Poor Jonathan Gruber. Having written the 2010 Patient Protection and Affordable Care Act all by his lonesome, he now has to watch the accolades heaped upon the law upon its passage turn into denunciations because he revealed the shocking truth about its contents.
Oh, wait -- Gruber, an economics professor at the Massachusetts Institute of Technology, didn't actually write the law, which has never had a lot of public support. And contrary to Gruber's comments about lawmakers disguising the tax increases in the ACA, critics have been offering detailed lists of the law's tax effects for years. Still, it was stunning to see someone so close to the Obama administration say such damning things about the way the ACA became law.
Thanks in particular to his comments about "stupid" voters, Gruber has become emblematic of the manipulation and deceit conservatives believe to have been crucial to enactment of the ACA.
As one reader of The Times put it in an email to me, "His comments represent the kind of elitist arrogance and nanny-state attitude that many already suspect exists throughout the left, and indeed, perhaps that is why so few claim to remember his involvement in particular -- he was not saying then anything that everyone else involved did not also believe, so he didn't stand out.... It is an attitude many of us believe exists, and he proves it does, and not just in his own mind."
I won't try to defend Professor Indefensible here. I will, however, try to push back against the cynicism inherent in his remarks.
Opponents of the ACA have consistently argued that the law's backers, and President Obama in particular, have lied to the public about its provisions. This includes the promises that the law would reduce health insurance premiums by up to $2,500, that people who liked their current insurance plans could keep them, that the law wouldn't insure people who were in the United States illegally and that there would be no federal funding for abortions.
Defenders of the law contend that although the administration overpromised, it didn't set out to deceive the public. The Gruber comments, on the other hand, speak of a deliberate plan to sneak at least two things by voters: a transfer of insurance costs from the sick onto the healthy, and a new tax on people with expansive health benefits.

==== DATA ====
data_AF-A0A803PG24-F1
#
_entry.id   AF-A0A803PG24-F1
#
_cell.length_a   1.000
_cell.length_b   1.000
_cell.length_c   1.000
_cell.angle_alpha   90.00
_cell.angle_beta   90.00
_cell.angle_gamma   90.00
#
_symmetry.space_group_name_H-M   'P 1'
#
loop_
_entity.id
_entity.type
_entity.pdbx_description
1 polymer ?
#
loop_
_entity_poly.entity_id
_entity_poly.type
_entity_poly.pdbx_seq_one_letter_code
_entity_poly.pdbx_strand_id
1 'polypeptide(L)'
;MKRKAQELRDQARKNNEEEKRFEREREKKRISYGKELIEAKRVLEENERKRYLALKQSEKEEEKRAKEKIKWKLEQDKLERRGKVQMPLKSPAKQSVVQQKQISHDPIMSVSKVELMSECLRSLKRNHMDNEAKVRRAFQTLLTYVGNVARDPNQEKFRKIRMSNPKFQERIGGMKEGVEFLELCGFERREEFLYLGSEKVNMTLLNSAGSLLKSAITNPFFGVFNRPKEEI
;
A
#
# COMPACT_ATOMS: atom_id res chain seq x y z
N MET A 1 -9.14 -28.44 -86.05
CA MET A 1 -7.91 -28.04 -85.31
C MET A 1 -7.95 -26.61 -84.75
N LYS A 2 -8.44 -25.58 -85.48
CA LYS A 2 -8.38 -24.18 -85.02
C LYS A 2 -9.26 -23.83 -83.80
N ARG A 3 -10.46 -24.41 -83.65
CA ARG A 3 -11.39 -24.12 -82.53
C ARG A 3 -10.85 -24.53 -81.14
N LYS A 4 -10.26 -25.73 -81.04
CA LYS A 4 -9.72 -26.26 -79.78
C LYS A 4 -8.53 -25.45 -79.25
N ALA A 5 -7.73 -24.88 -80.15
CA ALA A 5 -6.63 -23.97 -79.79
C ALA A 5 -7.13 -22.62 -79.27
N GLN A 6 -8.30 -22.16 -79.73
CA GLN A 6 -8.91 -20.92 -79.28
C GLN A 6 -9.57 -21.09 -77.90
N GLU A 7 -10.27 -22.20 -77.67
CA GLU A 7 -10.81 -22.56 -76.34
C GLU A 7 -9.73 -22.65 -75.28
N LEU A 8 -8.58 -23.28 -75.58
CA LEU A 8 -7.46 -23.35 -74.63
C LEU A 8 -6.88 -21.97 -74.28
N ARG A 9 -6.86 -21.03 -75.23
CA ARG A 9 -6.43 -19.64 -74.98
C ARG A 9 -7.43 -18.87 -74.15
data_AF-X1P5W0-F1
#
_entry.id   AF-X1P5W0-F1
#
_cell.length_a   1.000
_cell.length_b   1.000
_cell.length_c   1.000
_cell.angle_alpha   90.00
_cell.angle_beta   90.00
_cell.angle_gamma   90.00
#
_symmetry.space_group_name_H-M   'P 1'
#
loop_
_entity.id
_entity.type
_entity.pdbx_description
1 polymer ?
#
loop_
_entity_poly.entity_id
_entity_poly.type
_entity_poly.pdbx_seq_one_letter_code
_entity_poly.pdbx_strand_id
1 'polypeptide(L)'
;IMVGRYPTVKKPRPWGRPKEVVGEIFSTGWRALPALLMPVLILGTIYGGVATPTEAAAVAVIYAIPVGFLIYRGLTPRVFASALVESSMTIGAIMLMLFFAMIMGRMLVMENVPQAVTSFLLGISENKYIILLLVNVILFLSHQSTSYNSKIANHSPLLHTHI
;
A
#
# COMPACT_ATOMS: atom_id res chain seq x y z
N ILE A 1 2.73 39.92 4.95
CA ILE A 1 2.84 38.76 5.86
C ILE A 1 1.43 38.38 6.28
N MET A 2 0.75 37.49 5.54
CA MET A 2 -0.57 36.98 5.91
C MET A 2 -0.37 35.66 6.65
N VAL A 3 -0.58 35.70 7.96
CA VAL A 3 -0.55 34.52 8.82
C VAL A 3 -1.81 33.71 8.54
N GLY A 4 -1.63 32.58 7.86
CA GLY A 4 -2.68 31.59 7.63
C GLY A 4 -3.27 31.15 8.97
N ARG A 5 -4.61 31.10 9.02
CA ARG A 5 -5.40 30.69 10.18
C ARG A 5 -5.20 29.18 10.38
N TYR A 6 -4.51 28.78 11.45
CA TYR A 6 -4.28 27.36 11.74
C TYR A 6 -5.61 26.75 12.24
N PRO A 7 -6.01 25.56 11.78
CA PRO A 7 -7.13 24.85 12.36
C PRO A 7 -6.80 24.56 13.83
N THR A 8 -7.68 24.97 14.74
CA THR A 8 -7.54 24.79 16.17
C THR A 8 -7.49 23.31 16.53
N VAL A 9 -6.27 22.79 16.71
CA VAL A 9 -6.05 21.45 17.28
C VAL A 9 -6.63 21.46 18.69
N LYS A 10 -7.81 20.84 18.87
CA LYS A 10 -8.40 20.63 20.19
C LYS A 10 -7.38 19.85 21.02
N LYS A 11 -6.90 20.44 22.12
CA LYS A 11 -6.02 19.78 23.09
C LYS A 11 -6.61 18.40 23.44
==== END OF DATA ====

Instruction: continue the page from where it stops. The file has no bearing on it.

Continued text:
In one of the newly surfaced videos, Gruber tells an audience at the University of Pennsylvania that "If you have a law which said healthy people are going to pay in -- if you made it explicit that healthy people pay in and sick people get money, it would not have passed." In another, he tells a think tank in Boston in 2011 that the "Cadillac tax" on expensive health plans was really a back-door way to phase out a popular but "regressive, inefficient and expensive" subsidy for employer health benefits.
"It turns out politically it's really hard to get rid of," Gruber said at the Pioneer Institute. "And the only way we could take it on was first by mislabeling it, calling it a tax on insurance plans rather than a tax on people when we all know it's a tax on people who hold those insurance plans. And the second was to start it late, start it in 2018.... This is the only political way we were ever going to take on what is one of the worst public policies in America."
Let's take those two assertions apart, starting with the notion that Congress hid the transfer of costs from the ill to the well. If that was a secret, it was a poorly kept one.